Even in terms of cultural fit – the hardest code to crack - there are ways you can move from one profile to another simply through experience. If you’ve been in a highly analytical team, for instance, and you want to move to a role in a team with more of a customer engagement and agile project delivery focus – then look at ways to gain more agile working, sales and account management experience and customer liaison time. This move may have to be very incremental, but it’s usually something you can speak to your manager about. You might also consider taking a customer experience or sales course to gain an understanding of behaviours that you’d be expected to exhibit in these situations.
Finally, there’s an aspect of experience that often gets overlooked – and that’s experience of the application process itself.
As an example, I have a friend who moved from a forensics job into management consultancy. The first consultancy they applied to, they were rejected at the first stage, mainly because they were faced with a competency-based application form for the first time and the case study examples they gave were weak, or at least weakly described.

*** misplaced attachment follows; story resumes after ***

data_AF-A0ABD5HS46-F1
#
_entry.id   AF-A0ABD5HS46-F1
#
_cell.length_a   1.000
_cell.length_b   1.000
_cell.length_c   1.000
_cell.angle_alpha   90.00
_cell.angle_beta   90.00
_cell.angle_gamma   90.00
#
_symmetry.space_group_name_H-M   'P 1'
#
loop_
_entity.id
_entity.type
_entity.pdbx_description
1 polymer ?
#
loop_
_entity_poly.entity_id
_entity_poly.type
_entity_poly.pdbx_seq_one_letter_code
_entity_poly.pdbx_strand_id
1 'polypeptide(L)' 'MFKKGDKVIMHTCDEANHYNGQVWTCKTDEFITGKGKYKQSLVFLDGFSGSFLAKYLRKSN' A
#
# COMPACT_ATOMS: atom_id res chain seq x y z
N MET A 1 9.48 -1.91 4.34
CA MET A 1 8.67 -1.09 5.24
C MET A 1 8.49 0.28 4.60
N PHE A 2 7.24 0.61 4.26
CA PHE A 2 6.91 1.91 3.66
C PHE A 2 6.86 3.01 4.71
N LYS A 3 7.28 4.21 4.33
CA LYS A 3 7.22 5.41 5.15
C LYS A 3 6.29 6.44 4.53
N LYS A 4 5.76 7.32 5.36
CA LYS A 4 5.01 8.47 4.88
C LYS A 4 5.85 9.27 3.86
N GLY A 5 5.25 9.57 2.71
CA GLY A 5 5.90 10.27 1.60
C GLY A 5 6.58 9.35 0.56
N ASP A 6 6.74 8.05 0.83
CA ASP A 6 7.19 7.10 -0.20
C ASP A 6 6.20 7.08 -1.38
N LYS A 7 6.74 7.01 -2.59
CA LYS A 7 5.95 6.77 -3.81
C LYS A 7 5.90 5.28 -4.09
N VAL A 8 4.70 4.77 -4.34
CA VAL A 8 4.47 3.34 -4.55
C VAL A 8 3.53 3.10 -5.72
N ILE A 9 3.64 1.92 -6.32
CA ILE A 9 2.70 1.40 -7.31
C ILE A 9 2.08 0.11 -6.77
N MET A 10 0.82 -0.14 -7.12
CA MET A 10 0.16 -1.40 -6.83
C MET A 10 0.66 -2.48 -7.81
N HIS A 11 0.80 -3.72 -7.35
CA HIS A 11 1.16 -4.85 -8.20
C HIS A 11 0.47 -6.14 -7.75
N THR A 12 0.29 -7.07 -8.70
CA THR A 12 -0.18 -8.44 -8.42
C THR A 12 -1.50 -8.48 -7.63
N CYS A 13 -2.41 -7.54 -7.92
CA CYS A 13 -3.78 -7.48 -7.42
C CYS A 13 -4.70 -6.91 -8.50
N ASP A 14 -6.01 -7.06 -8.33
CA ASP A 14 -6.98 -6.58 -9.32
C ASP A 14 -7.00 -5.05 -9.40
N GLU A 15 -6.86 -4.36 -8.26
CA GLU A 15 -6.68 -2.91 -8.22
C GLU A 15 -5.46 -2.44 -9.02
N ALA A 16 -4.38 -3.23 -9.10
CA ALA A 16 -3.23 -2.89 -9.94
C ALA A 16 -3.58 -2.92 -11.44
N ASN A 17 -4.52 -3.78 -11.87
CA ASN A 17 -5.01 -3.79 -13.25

Instead, they approached people who were working in the role, worked with their recruitment advisor and looked at a variety of examples of how to answer these questions. For the the second application, they were much more able to provide the expected answers in the expected format and were successful in that application.
Like my kids trying to complete a challenge over and over again in their computer games, until finally the muscle memory is there and they complete the task – sometimes repeating applications until you have the techniques dialled in is what it takes to open those doors.
We hope you find these ideas here thought provoking and useful. If so, don’t forget to subscribe to our mailer and connect with us on social media. Meanwhile, from all of us as Ellwood Consulting, we wish you a very Merry Christmas and a Happy New Year.